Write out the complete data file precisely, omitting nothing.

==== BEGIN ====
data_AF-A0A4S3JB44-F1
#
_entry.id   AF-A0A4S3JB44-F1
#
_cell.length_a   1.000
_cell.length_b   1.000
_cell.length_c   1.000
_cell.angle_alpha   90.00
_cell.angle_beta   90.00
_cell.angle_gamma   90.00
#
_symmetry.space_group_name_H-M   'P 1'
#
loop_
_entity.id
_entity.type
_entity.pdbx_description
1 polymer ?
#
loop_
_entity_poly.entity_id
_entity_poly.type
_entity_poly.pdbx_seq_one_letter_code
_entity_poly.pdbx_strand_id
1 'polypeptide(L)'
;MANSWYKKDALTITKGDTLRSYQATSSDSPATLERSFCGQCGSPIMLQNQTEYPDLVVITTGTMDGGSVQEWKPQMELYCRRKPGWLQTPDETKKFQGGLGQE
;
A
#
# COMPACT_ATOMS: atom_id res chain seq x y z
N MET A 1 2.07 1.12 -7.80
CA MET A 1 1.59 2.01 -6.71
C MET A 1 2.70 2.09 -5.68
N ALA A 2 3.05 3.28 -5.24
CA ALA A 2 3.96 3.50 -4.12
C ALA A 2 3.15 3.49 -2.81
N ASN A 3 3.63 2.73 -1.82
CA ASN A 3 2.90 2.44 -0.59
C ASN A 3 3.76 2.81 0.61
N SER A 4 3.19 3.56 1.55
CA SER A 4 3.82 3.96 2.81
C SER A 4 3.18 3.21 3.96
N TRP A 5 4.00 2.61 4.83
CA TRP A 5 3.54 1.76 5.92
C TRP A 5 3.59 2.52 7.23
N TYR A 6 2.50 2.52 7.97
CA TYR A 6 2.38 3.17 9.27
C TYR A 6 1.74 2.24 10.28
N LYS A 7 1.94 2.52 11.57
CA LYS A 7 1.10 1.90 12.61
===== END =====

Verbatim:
data_AF-A0A4S3JB44-F1
#
_entry.id   AF-A0A4S3JB44-F1
#
_cell.length_a   1.000
_cell.length_b   1.000
_cell.length_c   1.000
_cell.angle_alpha   90.00
_cell.angle_beta   90.00
_cell.angle_gamma   90.00
#
_symmetry.space_group_name_H-M   'P 1'
#
loop_
_entity.id
_entity.type
_entity.pdbx_description
1 polymer ?
#
loop_
_entity_poly.entity_id
_entity_poly.type
_entity_poly.pdbx_seq_one_letter_code
_entity_poly.pdbx_strand_id
1 'polypeptide(L)'
;MANSWYKKDALTITKGDTLRSYQATSSDSPATLERSFCGQCGSPIMLQNQTEYPDLVVITTGTMDGGSVQEWKPQMELYCRRKPGWLQTPDETKKFQGGLGQE
;
A
#
# COMPACT_ATOMS: atom_id res chain seq x y z
N MET A 1 2.07 1.12 -7.80
CA MET A 1 1.59 2.01 -6.71
C MET A 1 2.70 2.09 -5.68
N ALA A 2 3.05 3.28 -5.24
CA ALA A 2 3.96 3.50 -4.12
C ALA A 2 3.15 3.49 -2.81
N ASN A 3 3.63 2.73 -1.82
CA ASN A 3 2.90 2.44 -0.59
C ASN A 3 3.76 2.81 0.61
N SER A 4 3.19 3.56 1.55
CA SER A 4 3.82 3.96 2.81
C SER A 4 3.18 3.21 3.96
N TRP A 5 4.00 2.61 4.83
CA TRP A 5 3.54 1.76 5.92
C TRP A 5 3.59 2.52 7.23
N TYR A 6 2.50 2.52 7.97
CA TYR A 6 2.38 3.17 9.27
C TYR A 6 1.74 2.24 10.28
N LYS A 7 1.94 2.52 11.57
CA LYS A 7 1.10 1.90 12.61